Cooperative Living -
Cohousing As A Community
Imagine downsizing to a community uniquely organized, planned and managed by the residents themselves. A living arrangement where multiple houses are oriented around common open spaces and buildings, cohousing provides an alternative to assisted living for boomers. These communities are designed for residents to live in typical urban or suburban neighborhoods. Cohousing residents are able to socialize and exist as a community while maintaining their privacy. Along with social advantages, cohousing offers many environmental benefits--residents use 25% of the total amount of energy of typical American household on average!
Residents volunteer their time because of their commitment to the idea and their own desire for a more satisfying residential environment. Building a cohousing community is exactly that. It is a community. Residents come together for a common goal of building strong relationships with those around them as they help one another through life's transitions in a healthy blend of privacy and community.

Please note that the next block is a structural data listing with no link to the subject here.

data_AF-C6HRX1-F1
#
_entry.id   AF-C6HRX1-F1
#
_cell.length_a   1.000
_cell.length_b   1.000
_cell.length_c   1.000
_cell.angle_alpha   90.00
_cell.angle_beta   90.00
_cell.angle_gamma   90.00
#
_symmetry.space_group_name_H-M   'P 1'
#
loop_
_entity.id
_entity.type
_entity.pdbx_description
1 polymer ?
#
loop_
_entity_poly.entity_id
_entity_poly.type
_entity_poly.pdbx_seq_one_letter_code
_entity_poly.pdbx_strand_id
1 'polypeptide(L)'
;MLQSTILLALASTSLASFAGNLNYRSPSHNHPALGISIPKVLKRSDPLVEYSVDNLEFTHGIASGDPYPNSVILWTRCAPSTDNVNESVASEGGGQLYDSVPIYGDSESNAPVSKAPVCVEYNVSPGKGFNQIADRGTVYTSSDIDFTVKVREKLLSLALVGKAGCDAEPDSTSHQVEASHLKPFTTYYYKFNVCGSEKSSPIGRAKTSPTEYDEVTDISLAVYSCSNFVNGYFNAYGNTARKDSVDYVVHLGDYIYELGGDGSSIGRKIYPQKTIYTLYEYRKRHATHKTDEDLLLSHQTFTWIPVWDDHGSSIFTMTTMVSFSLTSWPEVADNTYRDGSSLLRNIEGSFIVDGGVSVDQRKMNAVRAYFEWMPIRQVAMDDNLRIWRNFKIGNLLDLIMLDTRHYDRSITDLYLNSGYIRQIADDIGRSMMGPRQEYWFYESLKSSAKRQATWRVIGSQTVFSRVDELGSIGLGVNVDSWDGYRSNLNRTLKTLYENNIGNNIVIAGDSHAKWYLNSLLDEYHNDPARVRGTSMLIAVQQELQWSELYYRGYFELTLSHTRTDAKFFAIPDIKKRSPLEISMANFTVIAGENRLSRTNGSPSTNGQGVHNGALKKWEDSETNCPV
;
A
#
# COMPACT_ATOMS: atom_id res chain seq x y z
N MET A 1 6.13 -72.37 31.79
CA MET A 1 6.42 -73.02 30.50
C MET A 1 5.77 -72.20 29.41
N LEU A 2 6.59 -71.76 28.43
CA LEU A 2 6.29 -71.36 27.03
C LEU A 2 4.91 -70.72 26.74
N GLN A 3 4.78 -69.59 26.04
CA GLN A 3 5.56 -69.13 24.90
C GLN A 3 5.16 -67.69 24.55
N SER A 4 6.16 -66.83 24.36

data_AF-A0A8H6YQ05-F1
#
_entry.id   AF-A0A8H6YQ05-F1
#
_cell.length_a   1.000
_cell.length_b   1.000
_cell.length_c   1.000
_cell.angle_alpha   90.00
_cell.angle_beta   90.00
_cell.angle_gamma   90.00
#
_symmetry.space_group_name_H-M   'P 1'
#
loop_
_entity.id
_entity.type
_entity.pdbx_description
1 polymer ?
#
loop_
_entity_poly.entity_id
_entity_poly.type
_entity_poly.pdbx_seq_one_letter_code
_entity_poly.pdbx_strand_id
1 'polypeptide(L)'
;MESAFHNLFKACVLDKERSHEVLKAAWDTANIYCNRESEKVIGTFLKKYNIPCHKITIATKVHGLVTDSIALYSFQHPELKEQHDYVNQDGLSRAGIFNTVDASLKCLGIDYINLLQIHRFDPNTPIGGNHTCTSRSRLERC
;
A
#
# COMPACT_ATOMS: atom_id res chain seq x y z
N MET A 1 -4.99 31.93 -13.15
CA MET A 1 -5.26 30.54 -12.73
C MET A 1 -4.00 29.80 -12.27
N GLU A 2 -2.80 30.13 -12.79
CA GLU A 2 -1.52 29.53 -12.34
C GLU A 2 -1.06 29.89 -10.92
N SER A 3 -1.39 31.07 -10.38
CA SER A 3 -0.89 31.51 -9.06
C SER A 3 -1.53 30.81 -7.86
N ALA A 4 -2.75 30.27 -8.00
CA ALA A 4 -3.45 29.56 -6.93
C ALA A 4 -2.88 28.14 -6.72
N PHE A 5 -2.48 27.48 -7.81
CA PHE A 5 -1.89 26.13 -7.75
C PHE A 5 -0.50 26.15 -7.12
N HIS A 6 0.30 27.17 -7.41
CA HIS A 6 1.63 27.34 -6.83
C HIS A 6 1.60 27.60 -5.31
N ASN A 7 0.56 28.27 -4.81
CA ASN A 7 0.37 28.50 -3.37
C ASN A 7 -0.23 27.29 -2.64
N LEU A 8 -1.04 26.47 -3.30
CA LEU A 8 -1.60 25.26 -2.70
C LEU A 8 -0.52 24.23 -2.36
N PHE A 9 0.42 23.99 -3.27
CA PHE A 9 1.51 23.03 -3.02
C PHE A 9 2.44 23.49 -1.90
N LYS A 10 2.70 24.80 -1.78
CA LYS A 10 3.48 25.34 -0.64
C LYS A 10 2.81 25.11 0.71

Cohousing began in Denmark after people became frustrated with the available housing options. They developed a housing type that redefines neighborhoods to fit contemporary lifestyles, thus the concept of private households with community living was created.
After several years of studying cohousing in Denmark, American architects Charles Durrett and Kathryn McCamant brought the cohousing concept to the United States. The first cohousing community was Muir Commons, located in Davis, California, which was a inter-generational community. The first senior cohousing was developed in 2005 in Abingdon, Virginia. Consisting of 29 units (16 income-restricted rental homes and 13 privately owns homes), ElderSpirit sparked inspiration for people to start creating similar senior living communities.
A Simple Lifestyle with Respect for the Earth
Conscious of over-consumption, cohousing focuses not only on the residents, but also the environment. Communities are built with the environment and sustainability in mind. In designing a cohousing community, we have a responsibility to water consumption, forestry, waste management, and resource use. Cohousing architecture includes low toxicity materials and create minimal impact on the environment.
Six Components of Cohousing
Deliberate Neighborhood Design
Extensive Common Facilities
Complete Resident Management
Separate Income Sources